Translation of the original German introduction by Ernst Haeckel:
Phylum of Fungi or Mycetes (Pilze); - class of Lichenes (Flechten).
The diversified group of lichens (Lichenes) constitutes one of the most peculiar classes within the plant kingdom, its true nature being clarified only recently. That is to say, each lichen is composed of two distinct plant forms, one belonging to the phylum of real fungi, the other to the division of algae or Algaria (original plants). Fungi (plate 63, 73) are ‘plasmophageous’ plants which are not capable of forming plasma, but rather have to incorporate it from other organisms. Algae, on the other hand, (plate 15, 65) as well as unicellular Algaria (plate 24, 34) are ‘plasmodomeous’ organisms just like most other plants. They have the capacity to produce, out of simple inorganic compounds (water, carbonic acid, nitric acid, ammonia), new living substance or plasma through synthesis (“carbon assimilation”). This biocoenosis, consortium or symbiosis, is particularly beneficial for both cohabiting organisms; green algae secures nutrition and thrift for the fungus and the latter gives protection, habitation and water. Quite similar is the interrelationship of the two ‘life companions’ or symbionts found in plasmophageous Radiolaria and “yellow cells” or Zooxanthella that indwell, as protophytes, the unicellular body of these Protozoa (c.f. plate 51, 71).
The two distinct plant types, plasmodomeous algae (or Algaria) and plasmophageous fungus, are in each lichen most profoundly connated and interdependent, so that the entire lichen body as a consortium appears uniform, taking a very distinct shape; outer appearance as well as internal structure (the regular, hereditary connation of green round algae-cells with colourless thread-like ‘fungus-filaments’) are most peculiar in lichens and distinguish them as a special class of plants. Phylogenetically as well, the numerous species of this class – as specific Consortia – got continuously refined. Proliferation takes place mainly through peculiar ‘dust-germs’ (Soredia); individual green algae cells (Conidia) or groups of such cells are covered by colourless ‘fungus-filaments’ (Hypha) and come off as “symbiontic ‘spawn-buds’” in the shape of ‘dust-grains’ that soon develop into new lichens. Furthermore, lichens propagate by distinct, rounded (usually brown coloured) fruiting bodies (Sporelia) that form spores. These Sporelia are disc- or dish-shaped, resting freely on the surface (Apothecia); they may also be globose or bottle-shaped, sinked into the surface of the Thallus (Perithecia).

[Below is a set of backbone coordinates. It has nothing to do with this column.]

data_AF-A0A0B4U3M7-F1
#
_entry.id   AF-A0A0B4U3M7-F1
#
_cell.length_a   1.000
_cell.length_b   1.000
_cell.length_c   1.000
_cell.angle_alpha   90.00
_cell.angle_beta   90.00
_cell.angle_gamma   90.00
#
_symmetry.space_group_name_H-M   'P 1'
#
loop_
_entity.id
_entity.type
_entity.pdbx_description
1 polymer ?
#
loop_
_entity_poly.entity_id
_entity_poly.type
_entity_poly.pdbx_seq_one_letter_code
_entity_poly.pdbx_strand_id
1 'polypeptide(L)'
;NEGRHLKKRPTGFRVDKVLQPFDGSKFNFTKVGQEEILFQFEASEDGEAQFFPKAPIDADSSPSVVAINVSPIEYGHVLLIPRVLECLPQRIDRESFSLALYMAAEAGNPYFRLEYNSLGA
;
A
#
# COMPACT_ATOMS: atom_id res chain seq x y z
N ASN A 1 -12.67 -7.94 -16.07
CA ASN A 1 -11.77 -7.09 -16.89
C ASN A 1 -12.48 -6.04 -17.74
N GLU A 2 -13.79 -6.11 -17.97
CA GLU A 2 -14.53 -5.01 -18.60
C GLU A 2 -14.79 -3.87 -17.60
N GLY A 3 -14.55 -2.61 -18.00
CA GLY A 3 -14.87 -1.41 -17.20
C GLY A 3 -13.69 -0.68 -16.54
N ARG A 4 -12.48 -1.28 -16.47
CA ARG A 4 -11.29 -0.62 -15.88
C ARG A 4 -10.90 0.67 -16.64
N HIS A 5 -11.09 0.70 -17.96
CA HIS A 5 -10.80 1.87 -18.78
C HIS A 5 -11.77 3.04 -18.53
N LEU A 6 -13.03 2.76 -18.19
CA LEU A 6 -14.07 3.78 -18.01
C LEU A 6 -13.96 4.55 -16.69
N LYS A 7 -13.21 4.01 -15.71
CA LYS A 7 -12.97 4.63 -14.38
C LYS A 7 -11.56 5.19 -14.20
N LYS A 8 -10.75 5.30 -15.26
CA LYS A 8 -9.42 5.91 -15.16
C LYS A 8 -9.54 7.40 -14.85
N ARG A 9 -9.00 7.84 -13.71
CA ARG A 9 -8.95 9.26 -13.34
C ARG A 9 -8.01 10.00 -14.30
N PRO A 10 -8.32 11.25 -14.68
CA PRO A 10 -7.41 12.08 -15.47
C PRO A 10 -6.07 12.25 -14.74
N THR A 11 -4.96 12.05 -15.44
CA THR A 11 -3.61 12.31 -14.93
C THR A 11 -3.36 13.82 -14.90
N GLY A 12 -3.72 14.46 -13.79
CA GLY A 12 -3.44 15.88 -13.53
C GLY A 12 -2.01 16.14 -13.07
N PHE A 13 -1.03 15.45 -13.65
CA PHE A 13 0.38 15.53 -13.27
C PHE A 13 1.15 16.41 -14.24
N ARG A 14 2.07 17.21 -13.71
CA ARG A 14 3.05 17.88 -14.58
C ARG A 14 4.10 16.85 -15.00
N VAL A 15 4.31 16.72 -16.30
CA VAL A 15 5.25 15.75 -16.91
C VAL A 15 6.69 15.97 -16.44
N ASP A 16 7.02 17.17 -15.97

Translation by VR Translators Bangalore
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